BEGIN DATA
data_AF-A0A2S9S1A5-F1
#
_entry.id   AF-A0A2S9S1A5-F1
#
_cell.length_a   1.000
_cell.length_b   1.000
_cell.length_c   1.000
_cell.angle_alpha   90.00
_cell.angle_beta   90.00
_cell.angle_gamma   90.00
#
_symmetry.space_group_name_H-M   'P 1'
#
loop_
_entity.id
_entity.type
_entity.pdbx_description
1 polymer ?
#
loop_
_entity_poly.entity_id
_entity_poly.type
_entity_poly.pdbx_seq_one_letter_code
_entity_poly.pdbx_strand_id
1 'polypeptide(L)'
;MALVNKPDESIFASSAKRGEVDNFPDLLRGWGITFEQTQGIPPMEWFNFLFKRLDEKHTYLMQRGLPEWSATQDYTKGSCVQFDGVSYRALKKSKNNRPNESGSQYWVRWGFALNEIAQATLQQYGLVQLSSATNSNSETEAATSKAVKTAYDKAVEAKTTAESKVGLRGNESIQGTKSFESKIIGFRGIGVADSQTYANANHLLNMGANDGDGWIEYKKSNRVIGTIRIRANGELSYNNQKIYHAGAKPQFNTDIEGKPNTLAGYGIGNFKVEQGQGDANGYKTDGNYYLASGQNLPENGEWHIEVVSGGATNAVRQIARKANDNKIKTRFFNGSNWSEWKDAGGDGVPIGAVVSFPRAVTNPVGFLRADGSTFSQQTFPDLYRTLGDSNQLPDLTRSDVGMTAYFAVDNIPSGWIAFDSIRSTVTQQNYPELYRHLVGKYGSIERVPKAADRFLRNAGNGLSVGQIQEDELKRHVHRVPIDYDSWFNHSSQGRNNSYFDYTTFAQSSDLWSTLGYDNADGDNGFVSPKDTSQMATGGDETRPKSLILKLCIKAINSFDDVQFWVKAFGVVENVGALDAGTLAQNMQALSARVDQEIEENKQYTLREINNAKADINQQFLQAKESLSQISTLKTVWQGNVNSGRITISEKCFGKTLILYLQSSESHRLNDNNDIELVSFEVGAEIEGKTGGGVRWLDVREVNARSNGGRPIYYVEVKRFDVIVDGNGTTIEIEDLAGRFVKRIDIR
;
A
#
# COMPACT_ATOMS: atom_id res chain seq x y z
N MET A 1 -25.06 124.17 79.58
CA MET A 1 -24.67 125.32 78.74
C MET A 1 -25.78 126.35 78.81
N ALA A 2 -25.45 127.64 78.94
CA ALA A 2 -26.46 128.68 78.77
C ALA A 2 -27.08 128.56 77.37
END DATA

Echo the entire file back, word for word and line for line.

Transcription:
data_AF-A0A2S9S1A5-F1
#
_entry.id   AF-A0A2S9S1A5-F1
#
_cell.length_a   1.000
_cell.length_b   1.000
_cell.length_c   1.000
_cell.angle_alpha   90.00
_cell.angle_beta   90.00
_cell.angle_gamma   90.00
#
_symmetry.space_group_name_H-M   'P 1'
#
loop_
_entity.id
_entity.type
_entity.pdbx_description
1 polymer ?
#
loop_
_entity_poly.entity_id
_entity_poly.type
_entity_poly.pdbx_seq_one_letter_code
_entity_poly.pdbx_strand_id
1 'polypeptide(L)'
;MALVNKPDESIFASSAKRGEVDNFPDLLRGWGITFEQTQGIPPMEWFNFLFKRLDEKHTYLMQRGLPEWSATQDYTKGSCVQFDGVSYRALKKSKNNRPNESGSQYWVRWGFALNEIAQATLQQYGLVQLSSATNSNSETEAATSKAVKTAYDKAVEAKTTAESKVGLRGNESIQGTKSFESKIIGFRGIGVADSQTYANANHLLNMGANDGDGWIEYKKSNRVIGTIRIRANGELSYNNQKIYHAGAKPQFNTDIEGKPNTLAGYGIGNFKVEQGQGDANGYKTDGNYYLASGQNLPENGEWHIEVVSGGATNAVRQIARKANDNKIKTRFFNGSNWSEWKDAGGDGVPIGAVVSFPRAVTNPVGFLRADGSTFSQQTFPDLYRTLGDSNQLPDLTRSDVGMTAYFAVDNIPSGWIAFDSIRSTVTQQNYPELYRHLVGKYGSIERVPKAADRFLRNAGNGLSVGQIQEDELKRHVHRVPIDYDSWFNHSSQGRNNSYFDYTTFAQSSDLWSTLGYDNADGDNGFVSPKDTSQMATGGDETRPKSLILKLCIKAINSFDDVQFWVKAFGVVENVGALDAGTLAQNMQALSARVDQEIEENKQYTLREINNAKADINQQFLQAKESLSQISTLKTVWQGNVNSGRITISEKCFGKTLILYLQSSESHRLNDNNDIELVSFEVGAEIEGKTGGGVRWLDVREVNARSNGGRPIYYVEVKRFDVIVDGNGTTIEIEDLAGRFVKRIDIR
;
A
#
# COMPACT_ATOMS: atom_id res chain seq x y z
N MET A 1 -25.06 124.17 79.58
CA MET A 1 -24.67 125.32 78.74
C MET A 1 -25.78 126.35 78.81
N ALA A 2 -25.45 127.64 78.94
CA ALA A 2 -26.46 128.68 78.77
C ALA A 2 -27.08 128.56 77.37